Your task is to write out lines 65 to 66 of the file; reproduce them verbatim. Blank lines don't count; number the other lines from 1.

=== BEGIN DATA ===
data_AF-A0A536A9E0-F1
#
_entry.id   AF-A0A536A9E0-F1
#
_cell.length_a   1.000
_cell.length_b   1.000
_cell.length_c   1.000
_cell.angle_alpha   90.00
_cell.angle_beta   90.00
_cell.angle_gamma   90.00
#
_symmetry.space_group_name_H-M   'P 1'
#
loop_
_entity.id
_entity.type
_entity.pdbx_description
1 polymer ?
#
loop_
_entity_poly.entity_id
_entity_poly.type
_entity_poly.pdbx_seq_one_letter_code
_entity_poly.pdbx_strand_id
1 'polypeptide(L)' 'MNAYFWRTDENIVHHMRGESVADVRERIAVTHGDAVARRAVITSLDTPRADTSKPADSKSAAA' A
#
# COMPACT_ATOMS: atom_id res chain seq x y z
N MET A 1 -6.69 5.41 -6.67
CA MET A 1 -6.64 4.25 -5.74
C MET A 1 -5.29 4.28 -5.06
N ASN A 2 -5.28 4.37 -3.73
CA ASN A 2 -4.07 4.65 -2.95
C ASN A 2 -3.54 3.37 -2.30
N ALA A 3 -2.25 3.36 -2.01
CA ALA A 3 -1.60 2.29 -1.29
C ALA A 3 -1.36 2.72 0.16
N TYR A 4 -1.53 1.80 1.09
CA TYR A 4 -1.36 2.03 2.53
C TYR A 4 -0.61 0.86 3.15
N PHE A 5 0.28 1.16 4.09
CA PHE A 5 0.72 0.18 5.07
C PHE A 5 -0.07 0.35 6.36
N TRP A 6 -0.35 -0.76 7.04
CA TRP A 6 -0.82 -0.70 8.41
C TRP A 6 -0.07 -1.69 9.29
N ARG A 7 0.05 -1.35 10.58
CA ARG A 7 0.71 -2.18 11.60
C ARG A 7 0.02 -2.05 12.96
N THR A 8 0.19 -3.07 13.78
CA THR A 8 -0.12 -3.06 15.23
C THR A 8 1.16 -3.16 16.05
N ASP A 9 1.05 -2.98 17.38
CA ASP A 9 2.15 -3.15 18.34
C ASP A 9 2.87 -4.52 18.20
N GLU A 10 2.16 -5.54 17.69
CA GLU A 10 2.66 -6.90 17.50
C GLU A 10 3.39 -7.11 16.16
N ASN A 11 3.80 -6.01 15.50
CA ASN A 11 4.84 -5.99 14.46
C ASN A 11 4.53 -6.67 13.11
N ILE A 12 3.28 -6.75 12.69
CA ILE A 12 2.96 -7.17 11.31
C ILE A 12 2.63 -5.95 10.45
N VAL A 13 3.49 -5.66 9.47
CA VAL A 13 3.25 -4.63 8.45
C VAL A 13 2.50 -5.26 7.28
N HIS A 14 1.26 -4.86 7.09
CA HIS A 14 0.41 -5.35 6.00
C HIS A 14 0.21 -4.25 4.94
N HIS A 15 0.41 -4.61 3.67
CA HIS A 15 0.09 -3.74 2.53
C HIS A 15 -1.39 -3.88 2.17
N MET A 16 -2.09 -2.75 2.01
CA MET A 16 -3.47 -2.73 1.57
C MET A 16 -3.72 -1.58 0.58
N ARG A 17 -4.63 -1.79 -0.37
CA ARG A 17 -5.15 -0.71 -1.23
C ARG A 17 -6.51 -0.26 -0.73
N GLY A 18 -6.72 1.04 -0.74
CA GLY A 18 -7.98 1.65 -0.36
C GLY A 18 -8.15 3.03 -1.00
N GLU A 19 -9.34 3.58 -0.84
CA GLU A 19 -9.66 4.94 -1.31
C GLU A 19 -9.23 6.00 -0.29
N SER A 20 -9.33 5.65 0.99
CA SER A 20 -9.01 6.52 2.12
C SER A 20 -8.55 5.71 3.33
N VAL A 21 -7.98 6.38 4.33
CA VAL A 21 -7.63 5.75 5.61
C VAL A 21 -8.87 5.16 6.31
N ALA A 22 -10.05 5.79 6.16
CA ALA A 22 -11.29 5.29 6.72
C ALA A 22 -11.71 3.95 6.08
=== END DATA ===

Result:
CA VAL A 13 3.25 -4.63 8.45
C VAL A 13 2.50 -5.26 7.28